Girls in the Moon by Janet McNally
Summary: Everyone in Phoebe Ferris’s life tells a different version of the truth. Her mother, Meg, ex–rock star and professional question evader, shares only the end of the story—the post-fame calm that Phoebe’s always known. Her sister, Luna, indie-rock darling of Brooklyn, preaches a stormy truth of her own making, selectively ignoring the facts she doesn’t like. And her father, Kieran, the cofounder of Meg’s beloved band, hasn’t said anything at all since he stopped calling three years ago. But Phoebe, a budding poet in search of an identity to call her own, is tired of half-truths and vague explanations. When she visits Luna in New York, she’s determined to find out how she fits in to this family of storytellers, and to maybe even continue her own tale—the one with the musician boy she’s been secretly writing for months. Told in alternating chapters, Phoebe’s first adventure flows as the story of Meg and Kieran’s romance ebbs, leaving behind only a time-worn, precious pearl of truth about her family’s past—and leaving Phoebe to take a leap into her own unknown future.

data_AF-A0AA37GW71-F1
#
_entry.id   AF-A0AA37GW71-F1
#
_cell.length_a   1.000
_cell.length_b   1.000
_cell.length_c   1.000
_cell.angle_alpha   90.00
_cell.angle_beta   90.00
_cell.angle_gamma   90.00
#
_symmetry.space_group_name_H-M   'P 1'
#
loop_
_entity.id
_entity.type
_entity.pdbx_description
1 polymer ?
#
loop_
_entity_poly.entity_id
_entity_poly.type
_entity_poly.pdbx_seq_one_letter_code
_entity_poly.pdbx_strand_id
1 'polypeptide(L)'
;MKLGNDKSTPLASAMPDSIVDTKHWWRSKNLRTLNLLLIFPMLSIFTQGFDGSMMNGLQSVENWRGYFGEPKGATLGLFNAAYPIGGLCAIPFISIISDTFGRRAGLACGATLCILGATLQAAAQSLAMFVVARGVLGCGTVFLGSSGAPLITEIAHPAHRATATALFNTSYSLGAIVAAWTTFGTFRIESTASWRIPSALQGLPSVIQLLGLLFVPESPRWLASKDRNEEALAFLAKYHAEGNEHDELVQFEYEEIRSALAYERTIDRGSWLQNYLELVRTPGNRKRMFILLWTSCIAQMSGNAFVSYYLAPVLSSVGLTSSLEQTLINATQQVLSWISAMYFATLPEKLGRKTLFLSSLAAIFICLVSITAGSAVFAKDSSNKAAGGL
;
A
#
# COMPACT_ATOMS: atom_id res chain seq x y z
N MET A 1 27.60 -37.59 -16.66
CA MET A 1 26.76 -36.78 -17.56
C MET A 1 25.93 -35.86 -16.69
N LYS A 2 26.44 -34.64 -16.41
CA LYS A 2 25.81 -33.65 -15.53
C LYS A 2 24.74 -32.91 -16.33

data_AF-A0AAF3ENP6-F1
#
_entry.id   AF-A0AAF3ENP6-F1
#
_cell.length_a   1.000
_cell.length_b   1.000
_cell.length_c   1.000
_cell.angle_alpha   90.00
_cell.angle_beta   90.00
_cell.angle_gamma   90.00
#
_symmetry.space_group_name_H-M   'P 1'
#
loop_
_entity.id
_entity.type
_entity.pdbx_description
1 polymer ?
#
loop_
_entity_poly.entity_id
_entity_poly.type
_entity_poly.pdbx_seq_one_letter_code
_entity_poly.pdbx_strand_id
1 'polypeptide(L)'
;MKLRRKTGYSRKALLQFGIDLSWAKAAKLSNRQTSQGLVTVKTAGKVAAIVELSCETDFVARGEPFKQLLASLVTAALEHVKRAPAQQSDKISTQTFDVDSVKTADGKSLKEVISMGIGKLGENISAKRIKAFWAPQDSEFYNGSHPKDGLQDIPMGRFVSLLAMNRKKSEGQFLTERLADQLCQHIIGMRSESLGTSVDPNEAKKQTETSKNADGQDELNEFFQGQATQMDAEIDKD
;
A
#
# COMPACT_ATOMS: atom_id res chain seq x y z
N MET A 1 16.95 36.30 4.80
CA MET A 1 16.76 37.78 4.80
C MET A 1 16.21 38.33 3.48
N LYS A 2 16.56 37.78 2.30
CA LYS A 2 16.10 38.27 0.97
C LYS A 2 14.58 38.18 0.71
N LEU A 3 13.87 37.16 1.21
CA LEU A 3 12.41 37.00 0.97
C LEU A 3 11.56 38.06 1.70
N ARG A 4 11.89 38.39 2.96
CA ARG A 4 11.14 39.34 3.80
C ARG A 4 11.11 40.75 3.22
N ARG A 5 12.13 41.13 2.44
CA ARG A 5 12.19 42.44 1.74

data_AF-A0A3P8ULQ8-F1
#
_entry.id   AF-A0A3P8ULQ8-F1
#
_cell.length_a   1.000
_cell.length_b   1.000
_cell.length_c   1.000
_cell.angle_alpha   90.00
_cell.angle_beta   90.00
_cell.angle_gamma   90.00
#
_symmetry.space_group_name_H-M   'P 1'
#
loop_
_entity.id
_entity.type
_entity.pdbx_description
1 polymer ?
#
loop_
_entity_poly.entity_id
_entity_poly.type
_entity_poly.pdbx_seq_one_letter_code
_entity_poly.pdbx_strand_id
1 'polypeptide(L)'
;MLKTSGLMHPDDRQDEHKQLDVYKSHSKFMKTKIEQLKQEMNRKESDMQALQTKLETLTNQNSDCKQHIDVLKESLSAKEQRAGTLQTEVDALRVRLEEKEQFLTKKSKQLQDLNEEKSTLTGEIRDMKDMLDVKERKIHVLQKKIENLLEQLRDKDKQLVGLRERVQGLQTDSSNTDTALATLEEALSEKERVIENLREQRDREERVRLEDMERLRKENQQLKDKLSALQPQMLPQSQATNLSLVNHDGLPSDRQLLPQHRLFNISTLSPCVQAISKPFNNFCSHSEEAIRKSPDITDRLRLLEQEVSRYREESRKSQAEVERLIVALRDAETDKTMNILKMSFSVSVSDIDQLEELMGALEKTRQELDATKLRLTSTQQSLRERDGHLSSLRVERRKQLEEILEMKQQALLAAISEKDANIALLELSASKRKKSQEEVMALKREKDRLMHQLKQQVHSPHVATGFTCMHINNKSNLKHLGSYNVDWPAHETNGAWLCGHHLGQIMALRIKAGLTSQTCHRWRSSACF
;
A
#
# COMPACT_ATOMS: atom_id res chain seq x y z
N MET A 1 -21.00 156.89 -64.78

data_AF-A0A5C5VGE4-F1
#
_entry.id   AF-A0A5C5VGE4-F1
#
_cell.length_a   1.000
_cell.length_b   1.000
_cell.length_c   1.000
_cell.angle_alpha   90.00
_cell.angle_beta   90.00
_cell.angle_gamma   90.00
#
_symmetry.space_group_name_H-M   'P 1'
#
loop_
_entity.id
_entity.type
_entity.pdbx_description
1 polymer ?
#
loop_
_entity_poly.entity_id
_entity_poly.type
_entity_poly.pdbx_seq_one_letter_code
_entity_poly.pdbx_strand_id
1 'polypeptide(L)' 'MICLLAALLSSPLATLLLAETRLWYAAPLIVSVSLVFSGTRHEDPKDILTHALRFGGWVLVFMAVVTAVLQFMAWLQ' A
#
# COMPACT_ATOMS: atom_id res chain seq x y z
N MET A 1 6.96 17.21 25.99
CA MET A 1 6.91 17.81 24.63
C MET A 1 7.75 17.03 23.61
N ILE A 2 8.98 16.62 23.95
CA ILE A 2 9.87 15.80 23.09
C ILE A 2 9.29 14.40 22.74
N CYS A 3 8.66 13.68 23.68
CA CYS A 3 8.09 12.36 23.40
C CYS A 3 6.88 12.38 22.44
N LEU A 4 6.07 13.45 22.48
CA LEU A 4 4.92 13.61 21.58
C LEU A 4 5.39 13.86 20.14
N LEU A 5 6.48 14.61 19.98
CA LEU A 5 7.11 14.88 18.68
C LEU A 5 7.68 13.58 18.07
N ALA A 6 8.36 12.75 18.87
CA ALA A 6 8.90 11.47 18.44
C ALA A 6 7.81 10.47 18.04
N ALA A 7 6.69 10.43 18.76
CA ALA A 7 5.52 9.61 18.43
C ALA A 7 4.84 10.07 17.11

On the surface this is the story of Phoebe’s trip to New York to visit her sister Luna, who has just dropped out of college to tour with her band. The shadow of their parents’ past looms large, as Luna seems to be making the same choices as her mother at every turn, even as she resents the musician father who walked out on them. But as Phoebe confronts her sister and the secrets she has kept, she also comes to learn truths about her parents and their past, and gains the clarity to make her own choices, despite her fear of repeating their mistakes. As Phoebe comes to understand emotional truths about her parents’ relationship, it is fitting that her mother’s story unfolds in reverse between the chapters of Phoebe’s story, taking us a little further back in time with each appearance, until we see her mother where Phoebe is now, a young woman choosing between fear and hope. A compelling and lyrical exploration of female relationships and choices.
GIRLS IN THE MOON is out now.